Rise of the professional entrepreneur
INDIAN ENTREPRENEURSHIP in recent years after liberalisation of the economy has explored profit opportunities in almost every sphere of activity, especially ‘ new economy’ areas. Time was when entrepreneurs with fire in their bellies had to leave India to get free rein – Aditya Birla wandered all over Southeast Asia setting up companies and factories, and Lakshmi Mittal ran away from the country to become the world’s steel king.
Looking back a few decades, most entrepreneurs were those who took over family business and the notion was that those born into these business families were born to be entrepreneurs while jobs were for the rest of the world.
Today, for all the difficulties of doing business in the country, India has become a fertile ground for breeding new entrepreneurs. The markets are vibrant, capital can be arranged, and technology and de-regulation keep throwing up new opportunities. The new breed of entrepreneurs has not only enhanced competitiveness in the domestic economy, but is also attempting to go global.
An interesting development is that the corporate reins are falling into the hands of younger entrepreneurs who are themselves professionally qualified, have enough work experience and with the intent of imparting dynamism into their firms are staffing their organisation with professionals who can display intrapreneurship. This trend has led to the rise of the’ professional entrepreneur.’
These professionals have acquired key functional capabilities while working with organisations previously and accrued enough resources thanks to their high pay packets. Thus, they have created bright avenues for themselves to become entrepreneurs.
This growing professionalisation at both the levels of ownership and management characterises organisations with clear visiton, goals, strategies and policies. Lifestyles of these entrepreneurs are a true embodiment of non-ostentaious Indian culture and their political philosophy, perhaps, further imbues them with social responsibility.
A noticeable feature of these entrepreneurs is that almost all of them have had some professional education. Most of them are MBAs, engineers, or a combination thereof, law graduates, CA, or technologists. It is no one’s case to draw a relationship between the level of education and entrepreneurship or degree thereof, but it seems quite logical that education of some kind has become a prerequisite for better comprehension of complexities of modern environment.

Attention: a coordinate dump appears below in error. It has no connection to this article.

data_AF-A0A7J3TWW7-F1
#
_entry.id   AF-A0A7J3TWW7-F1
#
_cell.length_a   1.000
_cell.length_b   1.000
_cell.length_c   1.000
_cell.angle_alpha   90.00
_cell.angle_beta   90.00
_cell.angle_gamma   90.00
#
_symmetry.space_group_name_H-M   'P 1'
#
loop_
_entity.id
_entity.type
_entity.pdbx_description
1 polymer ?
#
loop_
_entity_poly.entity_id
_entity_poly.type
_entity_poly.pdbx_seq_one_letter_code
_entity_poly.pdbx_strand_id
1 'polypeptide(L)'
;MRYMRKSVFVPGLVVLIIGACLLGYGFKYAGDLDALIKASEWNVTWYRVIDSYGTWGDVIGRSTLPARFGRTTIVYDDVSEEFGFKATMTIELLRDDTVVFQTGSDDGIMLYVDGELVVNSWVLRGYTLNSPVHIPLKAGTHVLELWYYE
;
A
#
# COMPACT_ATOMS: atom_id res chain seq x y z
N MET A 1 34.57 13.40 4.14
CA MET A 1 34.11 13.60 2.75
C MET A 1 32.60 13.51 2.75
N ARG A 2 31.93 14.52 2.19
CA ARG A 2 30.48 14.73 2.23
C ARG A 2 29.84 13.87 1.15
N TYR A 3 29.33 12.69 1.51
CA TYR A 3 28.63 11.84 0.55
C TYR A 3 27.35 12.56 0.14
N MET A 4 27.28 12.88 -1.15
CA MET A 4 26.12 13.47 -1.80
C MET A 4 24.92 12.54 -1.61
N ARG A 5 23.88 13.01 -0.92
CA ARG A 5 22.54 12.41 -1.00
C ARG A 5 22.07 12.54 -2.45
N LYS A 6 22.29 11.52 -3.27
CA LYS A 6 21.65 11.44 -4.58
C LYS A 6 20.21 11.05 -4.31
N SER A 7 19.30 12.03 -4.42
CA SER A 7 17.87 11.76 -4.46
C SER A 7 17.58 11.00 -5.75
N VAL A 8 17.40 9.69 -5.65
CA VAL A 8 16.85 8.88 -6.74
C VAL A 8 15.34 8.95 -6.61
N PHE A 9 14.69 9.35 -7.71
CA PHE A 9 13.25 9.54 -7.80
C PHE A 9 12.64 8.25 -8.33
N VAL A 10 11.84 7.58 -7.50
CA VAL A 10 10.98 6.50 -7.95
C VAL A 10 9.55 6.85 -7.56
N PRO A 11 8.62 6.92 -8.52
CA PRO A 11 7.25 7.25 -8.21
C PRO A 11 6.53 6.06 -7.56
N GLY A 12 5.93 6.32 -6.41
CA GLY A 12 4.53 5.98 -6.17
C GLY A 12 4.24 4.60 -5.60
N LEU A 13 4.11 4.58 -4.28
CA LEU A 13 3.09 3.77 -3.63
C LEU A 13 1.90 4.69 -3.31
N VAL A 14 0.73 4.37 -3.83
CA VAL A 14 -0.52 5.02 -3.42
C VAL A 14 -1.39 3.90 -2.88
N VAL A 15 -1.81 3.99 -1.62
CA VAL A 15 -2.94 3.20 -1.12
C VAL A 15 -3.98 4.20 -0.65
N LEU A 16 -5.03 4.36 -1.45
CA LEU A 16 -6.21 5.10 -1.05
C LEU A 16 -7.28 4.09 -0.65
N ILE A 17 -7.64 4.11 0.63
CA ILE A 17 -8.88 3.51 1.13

Outsourcing and core capability management which has become the mantra for corporates the world over has generated more business avenues for these professionals who aspire to become entrepreneurs. Further more venture capitalists have driven this new boom by supporting Indian professionals and new innovative ideas by Indians. In almost any new industry that has grown to prominence in the last decade, the king is not from the established business houses but a rank newcomer.
One merely has to mention software and the names that crop up are Narayana Murthy and Azim Premji, and Shiv Nadar . Then there is Ramoji Rao who moved away from the family occupation of cultivating paddy and pulses and systematically built an empire in terms of a film city, newspapers, magazines, satellite language channel, television software, film-making and distribution ventures;K.V. Reddy, an engineer born in a rich, land-holding agricultural family of Andhra Pradesh, after working for others and experiencing failure in his own venture, was struck with an idea that eventually made him a pioneer in India’s fledgling biotech industry; one can go on.
The question for any working professional thinking about leaving corporate life for the heady world of entrepreneurship is whether he has what it takes to be successful… the right stuff in other words. The common issues facing all new, first generation entrepreneurs are planning, finance and implementation.
Equally important are the personal qualities of the entrepreneur himself or herself. Passion for the business and function they handle, risk taking ability and the mindset to work for long hours to get the business going are essential.. Further, professionals venturing into the entrepreneurial path should consciously come to terms with the fact that they are not just starting a business, rather they need to believe that they are making a career as a professional entrepreneur.
If you have a good idea, and smartness to start and build a sound business, you may even make it to the Forbes list, considering the increasing number of Indian entrepreneurs on the Forbes list of the world’s wealthiest